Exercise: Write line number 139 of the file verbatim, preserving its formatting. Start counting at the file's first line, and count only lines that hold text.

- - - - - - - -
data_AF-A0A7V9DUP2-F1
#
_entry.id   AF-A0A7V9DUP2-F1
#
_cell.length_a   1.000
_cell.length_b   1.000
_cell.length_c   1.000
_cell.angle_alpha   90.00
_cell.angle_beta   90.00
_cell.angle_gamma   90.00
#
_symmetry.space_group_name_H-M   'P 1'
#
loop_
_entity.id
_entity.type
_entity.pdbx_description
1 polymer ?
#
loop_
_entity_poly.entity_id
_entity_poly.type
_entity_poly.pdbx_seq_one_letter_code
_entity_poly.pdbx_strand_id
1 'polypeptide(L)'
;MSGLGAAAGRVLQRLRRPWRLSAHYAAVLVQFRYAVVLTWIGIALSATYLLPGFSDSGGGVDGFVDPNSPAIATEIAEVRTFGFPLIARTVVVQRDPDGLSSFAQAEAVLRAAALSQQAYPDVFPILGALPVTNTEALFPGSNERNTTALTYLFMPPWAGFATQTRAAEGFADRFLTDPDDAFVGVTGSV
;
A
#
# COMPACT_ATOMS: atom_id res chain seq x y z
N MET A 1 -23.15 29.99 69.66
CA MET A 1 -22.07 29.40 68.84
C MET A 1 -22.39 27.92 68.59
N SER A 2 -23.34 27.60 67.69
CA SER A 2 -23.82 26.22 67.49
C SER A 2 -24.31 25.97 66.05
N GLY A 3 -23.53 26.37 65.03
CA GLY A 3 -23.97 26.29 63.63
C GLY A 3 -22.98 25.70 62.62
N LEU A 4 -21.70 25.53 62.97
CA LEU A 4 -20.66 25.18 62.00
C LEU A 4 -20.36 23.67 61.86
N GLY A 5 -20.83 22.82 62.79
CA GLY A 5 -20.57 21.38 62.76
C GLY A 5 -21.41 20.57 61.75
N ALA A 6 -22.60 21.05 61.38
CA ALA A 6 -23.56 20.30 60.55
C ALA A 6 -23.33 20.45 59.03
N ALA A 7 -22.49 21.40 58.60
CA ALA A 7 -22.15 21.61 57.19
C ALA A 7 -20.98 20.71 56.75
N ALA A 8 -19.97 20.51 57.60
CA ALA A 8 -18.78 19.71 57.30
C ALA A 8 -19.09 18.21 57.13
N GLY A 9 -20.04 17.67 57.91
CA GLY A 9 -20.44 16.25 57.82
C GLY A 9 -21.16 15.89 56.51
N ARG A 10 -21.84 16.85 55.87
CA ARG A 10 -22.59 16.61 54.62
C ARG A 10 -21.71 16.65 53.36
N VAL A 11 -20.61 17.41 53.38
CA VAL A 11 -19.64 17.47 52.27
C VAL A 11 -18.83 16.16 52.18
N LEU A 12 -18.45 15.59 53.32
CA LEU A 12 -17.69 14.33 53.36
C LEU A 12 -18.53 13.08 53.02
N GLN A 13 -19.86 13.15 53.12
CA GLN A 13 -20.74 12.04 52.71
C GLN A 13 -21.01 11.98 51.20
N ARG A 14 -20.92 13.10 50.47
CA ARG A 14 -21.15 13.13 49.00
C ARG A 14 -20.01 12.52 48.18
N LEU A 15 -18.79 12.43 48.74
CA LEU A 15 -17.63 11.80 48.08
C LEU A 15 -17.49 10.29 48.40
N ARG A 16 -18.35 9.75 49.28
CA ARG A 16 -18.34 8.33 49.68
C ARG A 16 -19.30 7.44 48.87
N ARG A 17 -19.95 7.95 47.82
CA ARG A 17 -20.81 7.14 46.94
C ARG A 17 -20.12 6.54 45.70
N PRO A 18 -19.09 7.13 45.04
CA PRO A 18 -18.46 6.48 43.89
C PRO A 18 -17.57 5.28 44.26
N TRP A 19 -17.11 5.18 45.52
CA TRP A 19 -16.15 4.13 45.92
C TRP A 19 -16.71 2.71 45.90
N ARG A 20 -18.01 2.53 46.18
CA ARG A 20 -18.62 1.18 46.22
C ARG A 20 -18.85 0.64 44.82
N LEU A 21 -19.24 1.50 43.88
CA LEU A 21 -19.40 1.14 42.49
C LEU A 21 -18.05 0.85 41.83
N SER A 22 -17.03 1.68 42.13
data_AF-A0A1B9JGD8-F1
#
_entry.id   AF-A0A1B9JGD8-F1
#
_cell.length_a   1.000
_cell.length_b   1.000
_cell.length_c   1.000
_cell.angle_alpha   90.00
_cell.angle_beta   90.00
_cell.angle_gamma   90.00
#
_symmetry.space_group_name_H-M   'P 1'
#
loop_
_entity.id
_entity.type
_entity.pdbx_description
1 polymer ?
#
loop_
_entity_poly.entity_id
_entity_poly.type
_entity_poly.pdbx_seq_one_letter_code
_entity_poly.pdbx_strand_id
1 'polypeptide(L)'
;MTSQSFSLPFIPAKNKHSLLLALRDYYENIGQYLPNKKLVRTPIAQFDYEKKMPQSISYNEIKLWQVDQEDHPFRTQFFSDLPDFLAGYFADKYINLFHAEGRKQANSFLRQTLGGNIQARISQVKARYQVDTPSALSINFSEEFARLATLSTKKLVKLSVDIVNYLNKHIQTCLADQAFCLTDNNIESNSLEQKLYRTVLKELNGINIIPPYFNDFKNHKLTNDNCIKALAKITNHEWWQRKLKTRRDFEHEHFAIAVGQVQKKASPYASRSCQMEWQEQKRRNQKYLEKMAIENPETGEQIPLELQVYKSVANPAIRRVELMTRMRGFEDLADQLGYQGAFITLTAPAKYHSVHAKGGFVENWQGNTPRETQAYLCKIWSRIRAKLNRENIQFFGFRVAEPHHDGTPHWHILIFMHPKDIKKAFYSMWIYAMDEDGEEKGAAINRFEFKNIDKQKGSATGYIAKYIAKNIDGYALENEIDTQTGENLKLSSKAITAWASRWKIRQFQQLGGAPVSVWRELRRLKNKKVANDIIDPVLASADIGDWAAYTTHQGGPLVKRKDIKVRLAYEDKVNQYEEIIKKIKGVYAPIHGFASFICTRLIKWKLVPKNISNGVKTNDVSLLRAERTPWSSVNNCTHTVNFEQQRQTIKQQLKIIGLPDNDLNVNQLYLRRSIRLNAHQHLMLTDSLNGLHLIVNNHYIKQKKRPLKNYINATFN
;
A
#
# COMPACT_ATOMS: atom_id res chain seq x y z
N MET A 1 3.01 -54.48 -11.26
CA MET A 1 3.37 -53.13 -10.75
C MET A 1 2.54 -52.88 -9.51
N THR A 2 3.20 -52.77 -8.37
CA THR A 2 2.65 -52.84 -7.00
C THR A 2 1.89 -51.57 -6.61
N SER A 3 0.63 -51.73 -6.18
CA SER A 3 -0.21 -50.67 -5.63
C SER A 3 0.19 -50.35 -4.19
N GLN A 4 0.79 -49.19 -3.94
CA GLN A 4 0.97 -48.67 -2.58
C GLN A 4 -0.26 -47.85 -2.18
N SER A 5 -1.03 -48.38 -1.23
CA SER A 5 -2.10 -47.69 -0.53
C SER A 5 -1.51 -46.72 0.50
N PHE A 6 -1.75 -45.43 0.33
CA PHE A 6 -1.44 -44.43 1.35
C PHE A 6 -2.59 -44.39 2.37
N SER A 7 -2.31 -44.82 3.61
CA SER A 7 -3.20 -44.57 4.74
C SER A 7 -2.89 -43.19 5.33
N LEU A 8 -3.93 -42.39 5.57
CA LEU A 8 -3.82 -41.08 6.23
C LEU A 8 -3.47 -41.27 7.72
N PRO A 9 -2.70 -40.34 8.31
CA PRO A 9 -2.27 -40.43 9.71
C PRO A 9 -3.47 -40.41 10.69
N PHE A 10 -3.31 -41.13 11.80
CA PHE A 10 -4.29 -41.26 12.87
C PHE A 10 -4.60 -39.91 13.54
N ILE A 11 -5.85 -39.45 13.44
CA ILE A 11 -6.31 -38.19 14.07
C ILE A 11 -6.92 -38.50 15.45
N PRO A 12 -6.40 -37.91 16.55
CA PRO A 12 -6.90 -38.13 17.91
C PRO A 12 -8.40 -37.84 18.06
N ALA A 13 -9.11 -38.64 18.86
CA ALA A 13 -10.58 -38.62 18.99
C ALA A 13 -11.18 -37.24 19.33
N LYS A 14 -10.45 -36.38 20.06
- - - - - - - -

C SER A 5 -1.51 -46.72 0.50